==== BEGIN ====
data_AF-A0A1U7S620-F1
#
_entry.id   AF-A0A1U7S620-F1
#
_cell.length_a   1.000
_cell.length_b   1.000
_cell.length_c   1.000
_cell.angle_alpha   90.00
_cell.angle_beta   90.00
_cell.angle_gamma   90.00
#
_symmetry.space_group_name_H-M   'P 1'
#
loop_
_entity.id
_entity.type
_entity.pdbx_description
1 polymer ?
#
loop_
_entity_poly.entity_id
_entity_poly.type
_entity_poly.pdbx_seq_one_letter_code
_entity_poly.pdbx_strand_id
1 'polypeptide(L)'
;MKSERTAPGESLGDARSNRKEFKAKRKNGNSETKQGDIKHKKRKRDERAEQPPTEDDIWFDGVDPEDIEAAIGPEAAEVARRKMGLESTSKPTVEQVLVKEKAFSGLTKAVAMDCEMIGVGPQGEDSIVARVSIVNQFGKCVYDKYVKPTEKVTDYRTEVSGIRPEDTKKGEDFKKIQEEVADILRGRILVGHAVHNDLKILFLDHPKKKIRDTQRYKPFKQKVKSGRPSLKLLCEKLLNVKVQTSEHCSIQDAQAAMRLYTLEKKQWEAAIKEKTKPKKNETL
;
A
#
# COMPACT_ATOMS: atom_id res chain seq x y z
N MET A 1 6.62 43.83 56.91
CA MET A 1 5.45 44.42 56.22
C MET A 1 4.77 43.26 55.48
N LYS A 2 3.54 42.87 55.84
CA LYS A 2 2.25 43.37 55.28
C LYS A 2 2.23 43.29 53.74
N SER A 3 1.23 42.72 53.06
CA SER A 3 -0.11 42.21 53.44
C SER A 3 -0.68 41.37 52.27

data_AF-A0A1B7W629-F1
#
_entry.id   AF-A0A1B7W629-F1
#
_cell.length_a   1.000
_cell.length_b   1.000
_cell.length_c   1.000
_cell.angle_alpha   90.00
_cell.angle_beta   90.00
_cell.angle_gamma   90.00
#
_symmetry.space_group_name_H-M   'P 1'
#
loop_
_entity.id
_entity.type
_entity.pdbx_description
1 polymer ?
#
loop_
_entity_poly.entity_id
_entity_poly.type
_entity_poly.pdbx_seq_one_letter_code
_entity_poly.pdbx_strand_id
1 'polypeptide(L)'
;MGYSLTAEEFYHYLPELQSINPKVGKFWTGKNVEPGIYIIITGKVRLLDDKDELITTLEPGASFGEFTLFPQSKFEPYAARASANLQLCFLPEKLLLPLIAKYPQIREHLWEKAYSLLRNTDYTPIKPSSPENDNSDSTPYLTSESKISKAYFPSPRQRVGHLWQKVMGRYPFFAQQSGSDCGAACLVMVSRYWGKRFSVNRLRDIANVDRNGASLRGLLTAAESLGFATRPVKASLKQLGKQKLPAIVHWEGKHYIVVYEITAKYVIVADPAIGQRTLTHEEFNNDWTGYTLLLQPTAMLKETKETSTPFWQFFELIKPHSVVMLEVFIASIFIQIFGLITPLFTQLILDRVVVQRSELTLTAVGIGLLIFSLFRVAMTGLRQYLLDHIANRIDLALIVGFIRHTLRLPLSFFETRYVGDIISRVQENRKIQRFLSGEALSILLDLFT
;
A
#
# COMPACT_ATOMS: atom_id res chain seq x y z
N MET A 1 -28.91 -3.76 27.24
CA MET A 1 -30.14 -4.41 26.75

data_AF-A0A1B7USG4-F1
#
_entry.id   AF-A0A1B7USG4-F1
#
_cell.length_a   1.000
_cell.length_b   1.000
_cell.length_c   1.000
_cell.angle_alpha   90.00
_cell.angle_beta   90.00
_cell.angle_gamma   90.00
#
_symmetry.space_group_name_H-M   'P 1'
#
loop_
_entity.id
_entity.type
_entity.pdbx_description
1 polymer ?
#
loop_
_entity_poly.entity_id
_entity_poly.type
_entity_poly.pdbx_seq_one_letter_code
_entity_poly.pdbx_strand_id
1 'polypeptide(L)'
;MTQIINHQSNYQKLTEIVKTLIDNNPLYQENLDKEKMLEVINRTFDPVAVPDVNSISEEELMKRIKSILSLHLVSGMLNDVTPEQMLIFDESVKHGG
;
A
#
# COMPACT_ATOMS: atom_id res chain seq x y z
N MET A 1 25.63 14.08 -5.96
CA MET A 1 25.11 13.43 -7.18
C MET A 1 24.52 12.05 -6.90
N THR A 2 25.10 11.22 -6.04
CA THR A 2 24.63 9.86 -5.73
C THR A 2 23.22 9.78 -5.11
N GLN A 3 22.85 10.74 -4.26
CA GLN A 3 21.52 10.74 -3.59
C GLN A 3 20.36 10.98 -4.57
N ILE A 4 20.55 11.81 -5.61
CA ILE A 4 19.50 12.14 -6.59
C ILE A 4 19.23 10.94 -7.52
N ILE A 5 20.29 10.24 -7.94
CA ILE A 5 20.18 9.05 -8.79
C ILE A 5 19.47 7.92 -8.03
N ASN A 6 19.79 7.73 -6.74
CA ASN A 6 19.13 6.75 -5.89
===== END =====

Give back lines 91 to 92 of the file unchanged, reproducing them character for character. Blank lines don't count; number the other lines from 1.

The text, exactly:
loop_
_entity_poly.entity_id